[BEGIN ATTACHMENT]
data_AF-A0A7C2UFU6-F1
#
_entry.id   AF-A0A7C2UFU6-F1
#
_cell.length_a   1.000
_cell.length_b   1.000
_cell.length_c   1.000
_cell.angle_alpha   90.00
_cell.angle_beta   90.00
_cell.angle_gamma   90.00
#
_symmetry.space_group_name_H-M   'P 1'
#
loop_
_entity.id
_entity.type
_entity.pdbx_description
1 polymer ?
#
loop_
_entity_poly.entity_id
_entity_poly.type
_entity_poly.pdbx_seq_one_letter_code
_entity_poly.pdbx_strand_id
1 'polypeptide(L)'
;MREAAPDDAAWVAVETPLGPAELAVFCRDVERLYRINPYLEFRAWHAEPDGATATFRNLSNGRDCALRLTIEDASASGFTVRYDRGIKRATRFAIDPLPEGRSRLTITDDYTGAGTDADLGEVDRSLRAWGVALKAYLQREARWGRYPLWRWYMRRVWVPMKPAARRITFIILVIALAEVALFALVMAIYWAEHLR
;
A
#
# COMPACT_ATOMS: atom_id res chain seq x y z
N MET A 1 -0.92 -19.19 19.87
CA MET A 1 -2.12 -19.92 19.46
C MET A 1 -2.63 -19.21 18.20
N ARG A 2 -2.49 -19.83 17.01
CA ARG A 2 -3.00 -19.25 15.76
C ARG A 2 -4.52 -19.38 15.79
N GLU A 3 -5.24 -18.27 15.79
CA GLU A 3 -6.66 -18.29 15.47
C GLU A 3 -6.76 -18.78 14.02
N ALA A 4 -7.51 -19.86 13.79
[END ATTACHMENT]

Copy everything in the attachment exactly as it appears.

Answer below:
data_AF-A0A7C2UFU6-F1
#
_entry.id   AF-A0A7C2UFU6-F1
#
_cell.length_a   1.000
_cell.length_b   1.000
_cell.length_c   1.000
_cell.angle_alpha   90.00
_cell.angle_beta   90.00
_cell.angle_gamma   90.00
#
_symmetry.space_group_name_H-M   'P 1'
#
loop_
_entity.id
_entity.type
_entity.pdbx_description
1 polymer ?
#
loop_
_entity_poly.entity_id
_entity_poly.type
_entity_poly.pdbx_seq_one_letter_code
_entity_poly.pdbx_strand_id
1 'polypeptide(L)'
;MREAAPDDAAWVAVETPLGPAELAVFCRDVERLYRINPYLEFRAWHAEPDGATATFRNLSNGRDCALRLTIEDASASGFTVRYDRGIKRATRFAIDPLPEGRSRLTITDDYTGAGTDADLGEVDRSLRAWGVALKAYLQREARWGRYPLWRWYMRRVWVPMKPAARRITFIILVIALAEVALFALVMAIYWAEHLR
;
A
#
# COMPACT_ATOMS: atom_id res chain seq x y z
N MET A 1 -0.92 -19.19 19.87
CA MET A 1 -2.12 -19.92 19.46
C MET A 1 -2.63 -19.21 18.20
N ARG A 2 -2.49 -19.83 17.01
CA ARG A 2 -3.00 -19.25 15.76
C ARG A 2 -4.52 -19.38 15.79
N GLU A 3 -5.24 -18.27 15.79
CA GLU A 3 -6.66 -18.29 15.47
C GLU A 3 -6.76 -18.78 14.02
N ALA A 4 -7.51 -19.86 13.79